“The James Webb Space Telescope’s mirror, 6.5 meters in diameter, is an engineering miracle. It took a lot of creativity and technical risk to fold it in this origami fashion to fit into the shroud of the launch vehicle,” says Balaban—and then the delicate structure had to survive the violence of launch. “If we try to scale that further, it just becomes more expensive and complex.”

Instead, with his “fluidic telescope” concept, one need only launch a frame structure—such as an umbrella-shaped satellite dish—and a tank of mirror liquid, like gallium alloys and ionic liquids. After launch, the liquid would be injected into the frame. In space, droplets stick together because of surface tension, and the pesky force of Earth’s gravity doesn’t get in the way and distort their shape. This will result in an incredibly smooth mirror without the need for mechanical processes like grinding and polishing, which are used for traditional glass mirrors. It would then be attached to the telescope’s other components through an automated process.

Using tests on a plane and on the International Space Station, his team has already learned how to make lenses with liquid polymers, and they determined that the volume of the liquid sets the degree of magnification. With the NIAC funding, they’ll prepare for the next step: conducting a test of a small liquid mirror in space later this decade. Their goal is to eventually design a 50-meter mirror, but since this technology is scalable, Balaban says one could use the same physical principles to engineer a mirror kilometers wide. JWST’s large mirror makes it one of the most sensitive telescopes ever built, but, he argues, to keep making advances, it may be necessary to build bigger mirrors with this new method.

Zachary Cordero, an MIT astronautics researcher, leads another new project to develop an in-space manufacturing technique called bend-forming. It involves bending a single strand of wire at specific nodes and angles, then adding joints to make a stiff structure. Cordero and his team are working on a particular application: designing a reflector for a satellite in high orbit, which could monitor storms and precipitation by measuring moisture changes in the atmosphere.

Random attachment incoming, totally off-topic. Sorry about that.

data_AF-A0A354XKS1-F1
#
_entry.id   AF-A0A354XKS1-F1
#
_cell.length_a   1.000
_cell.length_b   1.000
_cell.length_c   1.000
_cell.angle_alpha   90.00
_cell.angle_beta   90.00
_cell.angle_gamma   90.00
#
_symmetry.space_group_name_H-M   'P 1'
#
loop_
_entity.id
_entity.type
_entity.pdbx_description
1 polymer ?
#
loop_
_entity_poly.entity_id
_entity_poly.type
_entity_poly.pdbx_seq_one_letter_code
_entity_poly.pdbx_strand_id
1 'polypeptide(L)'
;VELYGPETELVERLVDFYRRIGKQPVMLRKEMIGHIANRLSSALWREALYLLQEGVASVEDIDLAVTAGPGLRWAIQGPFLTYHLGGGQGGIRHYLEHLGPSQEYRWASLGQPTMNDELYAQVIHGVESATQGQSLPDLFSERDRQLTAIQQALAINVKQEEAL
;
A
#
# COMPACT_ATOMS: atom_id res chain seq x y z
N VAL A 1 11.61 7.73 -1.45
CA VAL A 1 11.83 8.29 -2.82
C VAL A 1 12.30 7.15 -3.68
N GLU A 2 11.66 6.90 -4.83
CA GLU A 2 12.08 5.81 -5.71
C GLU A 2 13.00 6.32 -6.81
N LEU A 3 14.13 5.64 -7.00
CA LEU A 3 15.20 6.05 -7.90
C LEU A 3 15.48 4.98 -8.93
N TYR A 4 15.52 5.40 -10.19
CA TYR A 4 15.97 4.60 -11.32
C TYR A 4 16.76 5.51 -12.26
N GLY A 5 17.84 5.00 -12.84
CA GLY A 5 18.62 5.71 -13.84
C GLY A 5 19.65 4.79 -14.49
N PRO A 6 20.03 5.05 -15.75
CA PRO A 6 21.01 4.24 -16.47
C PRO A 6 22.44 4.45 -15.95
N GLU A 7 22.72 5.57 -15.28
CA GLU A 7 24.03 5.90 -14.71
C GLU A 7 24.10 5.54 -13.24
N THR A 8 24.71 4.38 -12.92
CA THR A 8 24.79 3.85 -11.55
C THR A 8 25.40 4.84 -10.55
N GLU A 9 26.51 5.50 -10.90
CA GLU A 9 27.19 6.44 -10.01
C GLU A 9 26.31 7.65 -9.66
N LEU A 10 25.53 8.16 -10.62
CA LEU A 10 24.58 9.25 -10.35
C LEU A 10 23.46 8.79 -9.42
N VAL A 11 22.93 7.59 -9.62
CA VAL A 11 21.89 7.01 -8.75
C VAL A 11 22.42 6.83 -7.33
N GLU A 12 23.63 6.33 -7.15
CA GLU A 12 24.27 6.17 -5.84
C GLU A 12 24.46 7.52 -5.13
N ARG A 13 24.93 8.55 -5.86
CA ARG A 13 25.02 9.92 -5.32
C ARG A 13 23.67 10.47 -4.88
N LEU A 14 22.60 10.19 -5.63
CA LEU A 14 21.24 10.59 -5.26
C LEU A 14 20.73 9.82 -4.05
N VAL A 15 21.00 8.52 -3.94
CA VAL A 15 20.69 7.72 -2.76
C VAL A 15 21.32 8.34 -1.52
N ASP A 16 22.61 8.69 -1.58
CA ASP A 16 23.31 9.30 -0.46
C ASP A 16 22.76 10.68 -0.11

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As with several of the other winners, his proposal takes on the challenge of building really big things in space, despite the size and weight constraints of rocket travel. “With conventional reflectors, the bigger you make these things, the worse the surface precision, and eventually they’re basically unusable. People have been talking about ways to make 100-meter or kilometer-scale reflectors in space for decades,” he says. With their process, one could launch enough material for a 100-meter dish on a single rocket, he says.

Among the other 14 winners: a proposal to deploy a seaplane to fly on Titan, Saturn’s biggest moon, and one for a heated probe to penetrate the ocean of its neighbor, Enceladus, which is enclosed by a thick outer layer of ice that behaves like rock, thanks to the below-freezing temperatures.

While some of these projects won’t succeed, the program helps NASA test the bounds of what’s feasible, LaPointe says: “If a project fails, it’s still useful to us. If it works, it could transform future NASA missions.”